The University of Southampton
Courses

PAIR3026 European Security Governance

Module Overview

In this module, students will explore key aspects of the contemporary European security governance. In particular, students will learn about the main conceptual and theoretical perspectives on European security after the Cold War; the institutional structure of European security governance; and the major security threats to contemporary Europe. Importantly, the module will embed the European security governance in the broader context of global trends and developments.

Aims and Objectives

Module Aims

This may be the first time in history when we can study European security in terms of governance, rather than the balance of power, concert, or a defence alliance. Governance, in the context of European security, entails a dense institutional structure which overlaps and operates at different levels. States remain the main actors, but they are members of different institutions and regimes, which enable and constrain states' actions. This 'fragmentation' of authority has long been recognised in other policy areas as complex interdependence, but recently we can also, to some degree, witness it in European security governance. The module will explore these processes from different perspectives. In particular, the syllabus will cover: the key theories and concepts of contemporary European security governance; the role of relevant regional institutions, including NATO, the EU and OSCE and the UN; the major European security problems, including terrorism and WMD proliferation, but also so-called 'new security problems'; the relationship between European security governance and the wider developments in the transatlantic area, Eurasia and beyond.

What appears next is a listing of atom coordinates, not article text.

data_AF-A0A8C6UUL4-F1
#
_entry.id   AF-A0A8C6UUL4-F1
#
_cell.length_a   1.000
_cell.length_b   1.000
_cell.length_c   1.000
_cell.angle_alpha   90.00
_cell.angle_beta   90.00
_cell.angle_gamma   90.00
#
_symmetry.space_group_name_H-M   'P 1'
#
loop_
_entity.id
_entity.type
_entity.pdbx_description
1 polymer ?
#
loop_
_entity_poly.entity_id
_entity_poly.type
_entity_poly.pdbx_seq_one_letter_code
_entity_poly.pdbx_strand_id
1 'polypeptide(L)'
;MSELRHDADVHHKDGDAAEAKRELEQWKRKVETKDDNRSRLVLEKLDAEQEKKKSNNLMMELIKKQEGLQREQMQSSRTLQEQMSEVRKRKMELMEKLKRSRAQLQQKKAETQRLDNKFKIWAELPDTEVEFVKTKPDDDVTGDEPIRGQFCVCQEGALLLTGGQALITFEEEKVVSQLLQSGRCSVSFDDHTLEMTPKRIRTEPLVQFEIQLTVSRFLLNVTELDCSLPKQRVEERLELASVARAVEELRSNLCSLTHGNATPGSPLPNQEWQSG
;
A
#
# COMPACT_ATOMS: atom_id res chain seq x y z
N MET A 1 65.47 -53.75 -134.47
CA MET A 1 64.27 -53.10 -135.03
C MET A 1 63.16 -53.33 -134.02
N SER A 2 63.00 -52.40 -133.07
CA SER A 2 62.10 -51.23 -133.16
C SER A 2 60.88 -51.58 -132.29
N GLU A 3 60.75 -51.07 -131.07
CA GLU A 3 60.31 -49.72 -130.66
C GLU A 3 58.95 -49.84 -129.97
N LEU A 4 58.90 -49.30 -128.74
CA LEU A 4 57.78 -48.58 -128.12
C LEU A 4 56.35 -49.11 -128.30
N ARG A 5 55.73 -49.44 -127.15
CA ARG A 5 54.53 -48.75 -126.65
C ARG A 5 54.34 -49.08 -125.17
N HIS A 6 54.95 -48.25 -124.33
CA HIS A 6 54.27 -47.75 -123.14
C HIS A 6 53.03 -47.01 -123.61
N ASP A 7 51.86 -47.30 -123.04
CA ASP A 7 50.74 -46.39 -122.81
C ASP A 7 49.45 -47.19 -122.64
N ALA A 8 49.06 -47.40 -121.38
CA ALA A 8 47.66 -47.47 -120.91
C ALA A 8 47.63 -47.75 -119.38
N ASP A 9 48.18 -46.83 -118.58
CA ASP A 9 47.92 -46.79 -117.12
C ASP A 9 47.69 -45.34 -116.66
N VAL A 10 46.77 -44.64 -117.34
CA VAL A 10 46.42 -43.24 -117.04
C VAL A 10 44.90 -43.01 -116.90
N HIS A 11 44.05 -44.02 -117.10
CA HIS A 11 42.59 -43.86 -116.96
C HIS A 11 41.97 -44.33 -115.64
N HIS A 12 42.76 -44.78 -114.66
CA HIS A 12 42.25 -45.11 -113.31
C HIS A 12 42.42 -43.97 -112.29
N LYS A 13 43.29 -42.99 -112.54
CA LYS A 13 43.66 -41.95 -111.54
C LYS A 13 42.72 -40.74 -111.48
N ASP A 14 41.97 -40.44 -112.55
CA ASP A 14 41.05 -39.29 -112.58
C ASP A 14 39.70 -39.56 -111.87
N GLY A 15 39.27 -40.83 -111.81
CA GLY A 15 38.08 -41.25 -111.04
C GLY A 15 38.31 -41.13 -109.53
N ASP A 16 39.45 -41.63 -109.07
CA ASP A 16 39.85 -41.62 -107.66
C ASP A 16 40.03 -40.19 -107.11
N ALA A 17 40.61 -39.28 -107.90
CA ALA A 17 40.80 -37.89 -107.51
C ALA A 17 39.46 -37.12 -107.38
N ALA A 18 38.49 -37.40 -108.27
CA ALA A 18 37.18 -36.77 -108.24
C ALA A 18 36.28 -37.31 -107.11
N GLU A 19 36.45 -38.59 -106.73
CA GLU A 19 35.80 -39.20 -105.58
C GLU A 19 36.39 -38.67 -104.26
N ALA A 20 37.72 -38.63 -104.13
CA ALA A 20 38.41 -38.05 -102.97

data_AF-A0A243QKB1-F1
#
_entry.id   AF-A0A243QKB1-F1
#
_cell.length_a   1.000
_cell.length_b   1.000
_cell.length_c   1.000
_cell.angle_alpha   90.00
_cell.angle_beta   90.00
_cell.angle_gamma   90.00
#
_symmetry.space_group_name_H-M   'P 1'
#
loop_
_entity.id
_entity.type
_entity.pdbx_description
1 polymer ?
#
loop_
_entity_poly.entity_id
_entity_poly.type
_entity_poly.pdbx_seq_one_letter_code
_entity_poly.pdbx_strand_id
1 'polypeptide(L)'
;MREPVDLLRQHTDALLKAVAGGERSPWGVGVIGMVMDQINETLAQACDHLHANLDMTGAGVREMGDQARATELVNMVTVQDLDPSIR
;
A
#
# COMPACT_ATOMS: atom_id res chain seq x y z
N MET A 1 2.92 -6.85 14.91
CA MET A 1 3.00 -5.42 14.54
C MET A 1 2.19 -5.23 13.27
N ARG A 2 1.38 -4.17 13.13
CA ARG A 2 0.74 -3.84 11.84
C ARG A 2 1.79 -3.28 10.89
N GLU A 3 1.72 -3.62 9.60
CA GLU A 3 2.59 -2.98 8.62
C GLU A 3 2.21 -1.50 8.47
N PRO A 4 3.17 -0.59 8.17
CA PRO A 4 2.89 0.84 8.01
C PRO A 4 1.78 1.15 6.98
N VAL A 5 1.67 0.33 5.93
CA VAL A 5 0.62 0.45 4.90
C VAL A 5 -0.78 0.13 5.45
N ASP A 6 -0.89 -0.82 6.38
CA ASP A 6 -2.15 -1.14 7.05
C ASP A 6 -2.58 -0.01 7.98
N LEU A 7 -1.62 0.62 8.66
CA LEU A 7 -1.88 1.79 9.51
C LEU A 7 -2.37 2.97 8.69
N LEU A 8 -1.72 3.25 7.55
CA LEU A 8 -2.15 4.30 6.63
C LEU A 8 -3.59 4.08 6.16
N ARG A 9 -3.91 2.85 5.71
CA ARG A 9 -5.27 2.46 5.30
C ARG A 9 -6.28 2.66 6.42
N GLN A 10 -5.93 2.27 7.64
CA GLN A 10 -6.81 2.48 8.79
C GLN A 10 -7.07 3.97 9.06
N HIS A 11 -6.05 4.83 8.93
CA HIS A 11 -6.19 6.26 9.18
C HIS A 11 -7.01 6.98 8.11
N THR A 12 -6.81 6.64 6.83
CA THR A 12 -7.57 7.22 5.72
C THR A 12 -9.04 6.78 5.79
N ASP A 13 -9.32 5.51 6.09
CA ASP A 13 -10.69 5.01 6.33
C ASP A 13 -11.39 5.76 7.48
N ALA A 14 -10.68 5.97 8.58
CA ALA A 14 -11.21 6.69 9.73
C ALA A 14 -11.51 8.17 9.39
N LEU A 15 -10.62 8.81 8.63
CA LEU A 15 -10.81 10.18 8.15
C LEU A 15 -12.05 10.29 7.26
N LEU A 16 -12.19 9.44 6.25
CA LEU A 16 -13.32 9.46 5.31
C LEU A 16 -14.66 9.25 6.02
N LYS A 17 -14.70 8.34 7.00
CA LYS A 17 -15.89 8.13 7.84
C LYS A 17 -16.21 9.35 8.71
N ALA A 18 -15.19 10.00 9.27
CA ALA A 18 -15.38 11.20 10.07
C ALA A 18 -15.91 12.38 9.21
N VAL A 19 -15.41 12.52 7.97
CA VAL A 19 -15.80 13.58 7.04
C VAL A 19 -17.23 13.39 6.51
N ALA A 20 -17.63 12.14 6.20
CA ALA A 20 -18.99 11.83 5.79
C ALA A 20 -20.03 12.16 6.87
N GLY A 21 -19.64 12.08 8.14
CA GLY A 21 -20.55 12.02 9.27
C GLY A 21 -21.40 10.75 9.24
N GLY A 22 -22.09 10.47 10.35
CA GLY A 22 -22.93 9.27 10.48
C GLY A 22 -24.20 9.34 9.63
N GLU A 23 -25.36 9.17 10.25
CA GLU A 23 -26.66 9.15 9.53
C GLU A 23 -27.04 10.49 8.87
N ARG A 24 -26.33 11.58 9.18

Learning Outcomes

Learning Outcomes

Having successfully completed this module you will be able to:

  • Understand the key conceptual and theoretical perspectives on European security
  • Evaluate and compare the main institutions concerned with European security
  • Identify and analyse the major security threats to contemporary Europe
  • Understand how European security governance relates to the wider developments in the transatlantic area and globally

Syllabus

This may be the first time in history when we can study European security in terms of governance, rather than the balance of power, concert, or a defence alliance. Governance, in the context of European security, entails a dense institutional structure which overlaps and operates at different levels. States remain the main actors, but they are members of different institutions and regimes, which enable and constrain states' actions. This 'fragmentation' of authority has long been recognised in other policy areas as complex interdependence, but recently we can also, to some degree, witness it in European security governance. The module will explore these processes from different perspectives. In particular, the syllabus will cover: the key theories and concepts of contemporary European security governance; the role of relevant regional institutions, including NATO, the EU and OSCE and the UN; the major European security problems, including terrorism and WMD proliferation, but also so-called 'new security problems'; the relationship between European security governance and the wider developments in the transatlantic area, Eurasia and beyond.